Thursday

21st Mar 2019

Opinion

COP24: vital to keep big polluters away from climate policy

  • In October a leaked document from BusinessEurope, whose members include BP, Shell and ExxonMobil, exposed the trade lobby group's strategy for avoiding an increase of the EU's 2030 climate and energy targets (Photo: European Parliament)

In heavily coal-reliant Poland, the ongoing round of international climate talks is marred by the sponsorship of coal and gas companies.

Tackling climate change is not compatible with giving the fossil fuel industry a place at the negotiating table. With stakes this high, it is vital to keep big polluters away from climate policy-makers.

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The recently released report by the UN's Intergovernmental Panel on Climate Change (IPCC) made very clear that a 1.5C increase in global temperatures will have even more dramatic consequences than previously feared.

And we may already get there as early as 2030. So keeping temperature rises below 1.5C, as laid out in the Paris Agreement, means implementing bold climate policies today to avoid the worst impacts of food and water scarcity, climate-related poverty, forest fires, biodiversity losses and rising sea levels.

With survival at stake, what's holding us up?

Across the world, fossil fuel corporations and their lobby groups are deploying their massive resources, by far outspending civil society organisations, to protect their profits and shield their destructive business models which are at odds with a fossil-free future.

At the national, EU and UN levels, polluting corporations are lobbying for false solutions, such as promoting gas as a transition fuel, pushing global carbon markets, 'clean' coal, biofuels or carbon capture and storage technology.

No matter how much they dress up these distractions through greenwashing campaigns and climate-friendly grandstanding, their 'solutions' will only fuel a climate catastrophe.

In October, for instance, a leaked document from BusinessEurope, whose members include BP, Shell and ExxonMobil, exposed the trade lobby group's strategy for avoiding an increase of the EU's 2030 climate and energy targets.

Those targets are so low that even policy-makers have realised they cannot be justified.

BusinessEurope, however, instructed its members to engage in positive messaging on climate action "as long as it remains a political statement, with no implications on the range of 2030 EU legislations (ETS, effort-sharing, etc)."

Sponsored by the coal industry

Meanwhile at COP24, four out of the six newly-announced sponsors are coal and gas companies, including Europe's largest coking coal producer JSW.

Not only are those companies using their sponsorship to greenwash their brands, but also to organise 'expert panels' at the talks where they push for the continued use of fossil fuels.

Neither JSW nor any other polluting company should be at the talks and given the chance to undermine effective climate action.

The key to keeping big polluters away from climate policy-makers is the introduction of a firewall that prevents these corporate climate criminals from having a say over policies meant to tackle the problems created by their core business.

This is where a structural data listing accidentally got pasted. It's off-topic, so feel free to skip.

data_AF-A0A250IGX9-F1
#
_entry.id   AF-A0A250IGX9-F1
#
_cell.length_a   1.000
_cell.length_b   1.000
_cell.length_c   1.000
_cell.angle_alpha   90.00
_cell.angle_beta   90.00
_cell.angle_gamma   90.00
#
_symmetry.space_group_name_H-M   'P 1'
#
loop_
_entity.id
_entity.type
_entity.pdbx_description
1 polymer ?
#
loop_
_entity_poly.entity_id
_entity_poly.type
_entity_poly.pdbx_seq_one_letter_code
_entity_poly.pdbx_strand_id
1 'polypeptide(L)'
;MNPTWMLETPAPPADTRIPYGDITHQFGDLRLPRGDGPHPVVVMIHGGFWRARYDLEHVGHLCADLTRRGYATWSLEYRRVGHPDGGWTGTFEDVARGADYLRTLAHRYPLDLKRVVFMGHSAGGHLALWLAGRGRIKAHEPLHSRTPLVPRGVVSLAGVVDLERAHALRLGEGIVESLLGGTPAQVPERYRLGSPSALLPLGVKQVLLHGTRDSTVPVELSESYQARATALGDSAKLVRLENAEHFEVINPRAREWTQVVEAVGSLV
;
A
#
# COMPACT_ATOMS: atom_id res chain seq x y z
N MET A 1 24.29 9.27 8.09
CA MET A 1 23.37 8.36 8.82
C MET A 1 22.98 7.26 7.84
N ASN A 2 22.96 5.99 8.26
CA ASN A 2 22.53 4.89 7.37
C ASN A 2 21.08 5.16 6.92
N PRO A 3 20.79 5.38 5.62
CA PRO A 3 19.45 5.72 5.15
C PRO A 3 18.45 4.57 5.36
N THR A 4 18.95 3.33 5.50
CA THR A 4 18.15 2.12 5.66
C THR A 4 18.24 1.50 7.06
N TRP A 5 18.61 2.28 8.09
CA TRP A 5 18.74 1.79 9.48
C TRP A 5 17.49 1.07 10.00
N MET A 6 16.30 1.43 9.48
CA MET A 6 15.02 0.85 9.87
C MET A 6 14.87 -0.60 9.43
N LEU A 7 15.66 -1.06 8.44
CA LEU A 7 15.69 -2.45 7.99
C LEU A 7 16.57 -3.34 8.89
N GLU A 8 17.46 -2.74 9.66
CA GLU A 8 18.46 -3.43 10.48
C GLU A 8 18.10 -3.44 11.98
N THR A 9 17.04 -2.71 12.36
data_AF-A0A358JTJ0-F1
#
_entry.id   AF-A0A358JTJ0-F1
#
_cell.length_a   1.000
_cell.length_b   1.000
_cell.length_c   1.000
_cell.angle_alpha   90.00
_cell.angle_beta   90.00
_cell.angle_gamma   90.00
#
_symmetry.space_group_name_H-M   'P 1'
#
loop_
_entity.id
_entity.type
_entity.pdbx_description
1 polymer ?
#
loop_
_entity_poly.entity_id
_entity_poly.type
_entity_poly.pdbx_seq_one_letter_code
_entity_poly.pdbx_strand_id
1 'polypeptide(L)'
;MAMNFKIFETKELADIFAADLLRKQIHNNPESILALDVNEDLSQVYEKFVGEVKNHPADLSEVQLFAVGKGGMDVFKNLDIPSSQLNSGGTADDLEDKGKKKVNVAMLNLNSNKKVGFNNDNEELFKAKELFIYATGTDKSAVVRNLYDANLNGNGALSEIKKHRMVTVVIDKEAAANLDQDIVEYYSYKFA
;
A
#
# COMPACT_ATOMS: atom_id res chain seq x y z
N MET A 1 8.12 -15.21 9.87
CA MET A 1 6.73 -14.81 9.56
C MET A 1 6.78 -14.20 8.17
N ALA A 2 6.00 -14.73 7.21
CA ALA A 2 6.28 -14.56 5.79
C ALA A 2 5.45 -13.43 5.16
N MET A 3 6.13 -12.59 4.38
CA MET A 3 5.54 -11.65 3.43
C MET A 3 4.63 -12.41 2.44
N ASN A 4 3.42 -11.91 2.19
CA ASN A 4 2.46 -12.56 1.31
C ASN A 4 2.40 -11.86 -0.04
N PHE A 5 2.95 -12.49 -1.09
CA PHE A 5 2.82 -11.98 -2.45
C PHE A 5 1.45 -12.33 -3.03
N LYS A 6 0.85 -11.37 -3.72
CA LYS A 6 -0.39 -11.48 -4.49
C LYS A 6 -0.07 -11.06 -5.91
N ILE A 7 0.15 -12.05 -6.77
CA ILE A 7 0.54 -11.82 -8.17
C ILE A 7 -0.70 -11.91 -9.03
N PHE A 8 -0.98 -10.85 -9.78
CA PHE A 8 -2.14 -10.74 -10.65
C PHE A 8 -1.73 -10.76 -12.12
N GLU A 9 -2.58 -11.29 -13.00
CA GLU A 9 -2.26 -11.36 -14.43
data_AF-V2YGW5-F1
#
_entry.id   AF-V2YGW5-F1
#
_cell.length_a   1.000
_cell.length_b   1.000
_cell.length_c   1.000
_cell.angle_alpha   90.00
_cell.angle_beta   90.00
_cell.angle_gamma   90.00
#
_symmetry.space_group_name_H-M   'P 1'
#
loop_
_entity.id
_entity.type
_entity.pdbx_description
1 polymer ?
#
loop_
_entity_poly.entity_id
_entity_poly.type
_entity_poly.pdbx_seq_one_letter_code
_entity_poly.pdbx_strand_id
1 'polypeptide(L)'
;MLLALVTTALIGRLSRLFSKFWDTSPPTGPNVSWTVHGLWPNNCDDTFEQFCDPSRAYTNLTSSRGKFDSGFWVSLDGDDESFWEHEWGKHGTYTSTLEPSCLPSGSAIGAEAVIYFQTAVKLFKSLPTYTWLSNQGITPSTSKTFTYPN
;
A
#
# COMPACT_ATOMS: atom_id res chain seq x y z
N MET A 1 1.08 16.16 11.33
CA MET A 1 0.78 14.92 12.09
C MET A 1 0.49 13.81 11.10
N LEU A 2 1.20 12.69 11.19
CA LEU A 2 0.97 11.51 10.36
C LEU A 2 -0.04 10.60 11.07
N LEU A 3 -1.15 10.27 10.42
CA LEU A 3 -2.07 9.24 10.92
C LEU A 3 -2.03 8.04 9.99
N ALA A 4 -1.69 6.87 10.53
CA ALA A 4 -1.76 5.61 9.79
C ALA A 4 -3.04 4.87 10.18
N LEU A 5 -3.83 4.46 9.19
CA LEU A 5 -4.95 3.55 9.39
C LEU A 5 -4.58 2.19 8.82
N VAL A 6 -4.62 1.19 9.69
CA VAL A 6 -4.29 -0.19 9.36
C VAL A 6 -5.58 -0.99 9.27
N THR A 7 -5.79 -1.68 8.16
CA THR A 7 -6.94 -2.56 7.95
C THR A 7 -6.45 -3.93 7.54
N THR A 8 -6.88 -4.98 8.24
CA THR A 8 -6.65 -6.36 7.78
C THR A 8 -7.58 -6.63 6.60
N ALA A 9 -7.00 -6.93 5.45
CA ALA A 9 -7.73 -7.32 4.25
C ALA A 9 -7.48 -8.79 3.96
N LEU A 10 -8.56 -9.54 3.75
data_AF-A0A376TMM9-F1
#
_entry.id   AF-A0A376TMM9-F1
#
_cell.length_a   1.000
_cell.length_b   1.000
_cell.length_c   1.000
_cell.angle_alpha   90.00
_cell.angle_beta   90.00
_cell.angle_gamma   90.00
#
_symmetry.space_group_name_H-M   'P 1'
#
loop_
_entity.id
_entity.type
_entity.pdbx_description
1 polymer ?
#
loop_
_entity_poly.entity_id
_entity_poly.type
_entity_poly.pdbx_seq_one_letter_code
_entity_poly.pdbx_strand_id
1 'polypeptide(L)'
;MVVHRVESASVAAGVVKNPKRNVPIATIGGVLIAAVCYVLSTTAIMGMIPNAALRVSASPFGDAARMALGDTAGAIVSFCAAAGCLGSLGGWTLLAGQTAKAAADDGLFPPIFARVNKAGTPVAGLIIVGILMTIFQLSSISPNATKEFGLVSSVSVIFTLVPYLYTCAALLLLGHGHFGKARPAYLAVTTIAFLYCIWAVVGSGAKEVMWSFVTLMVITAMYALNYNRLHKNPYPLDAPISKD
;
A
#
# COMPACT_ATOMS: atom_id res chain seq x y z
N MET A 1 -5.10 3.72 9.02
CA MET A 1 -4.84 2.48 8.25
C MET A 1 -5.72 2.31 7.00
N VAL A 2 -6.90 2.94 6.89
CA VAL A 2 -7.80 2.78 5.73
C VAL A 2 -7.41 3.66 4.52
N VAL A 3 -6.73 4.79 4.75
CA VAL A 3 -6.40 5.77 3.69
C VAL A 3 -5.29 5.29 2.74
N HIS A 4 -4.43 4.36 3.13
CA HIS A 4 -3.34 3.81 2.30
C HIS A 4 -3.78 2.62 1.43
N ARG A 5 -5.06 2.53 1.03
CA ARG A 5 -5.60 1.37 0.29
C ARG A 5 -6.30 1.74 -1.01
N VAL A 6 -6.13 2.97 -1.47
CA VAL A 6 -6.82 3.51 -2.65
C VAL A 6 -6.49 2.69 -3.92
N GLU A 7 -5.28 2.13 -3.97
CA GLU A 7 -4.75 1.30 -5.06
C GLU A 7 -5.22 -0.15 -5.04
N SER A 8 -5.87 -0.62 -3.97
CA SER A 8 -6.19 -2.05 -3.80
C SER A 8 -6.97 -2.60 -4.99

At the EU level, such a firewall would mean public authorities close the revolving door between fossil fuel companies and public office and restrict decision-makers' interaction with representatives of fossil fuel companies to what it absolutely necessary.

At the UN level, it would certainly mean banning big polluters from sponsoring and attending the climate negotiations.

Such an approach has already been successfully adopted in the UN Framework Convention on Tobacco Control (UNFCTC) to protect public health policy-making from the vested interests of the tobacco industry.

It is now acknowledged that this industry's interference in health policies is detrimental to public health, but while we could easily say the same for the fossil fuel industry, no such mechanism is in place to protect climate policy-making at UN, EU or national level.

Countries representing nearly 70 percent of the global population as well as civil society groups from across the world have been demanding a conflict of interests policy for the UNFCCC.

Last spring, over 100 groups and 88 MEPs wrote open letters to ask the EU to stop siding with climate-sceptic governments like Donald Trump's and finally support the creation of such a policy to tackle vested interests at the negotiations.

A few weeks ago, the EU parliament renewed its call, passing a resolution calling on the European Commission to support moves to tackle "conflicting and vested interests" at the UN talks.

This year's round of UN negotiations in Katowice will determine whether the profits of big polluters come before climate, people and the planet.

With the window of opportunity for effective climate action narrowing ever faster, the EU must not ignore the deafening calls to kick polluters out of climate policy.

Pascoe Sabido is a climate policy researcher at Corporate Europe Observatory and Frieda Kieninger is a campaign officer at Food & Water Europe

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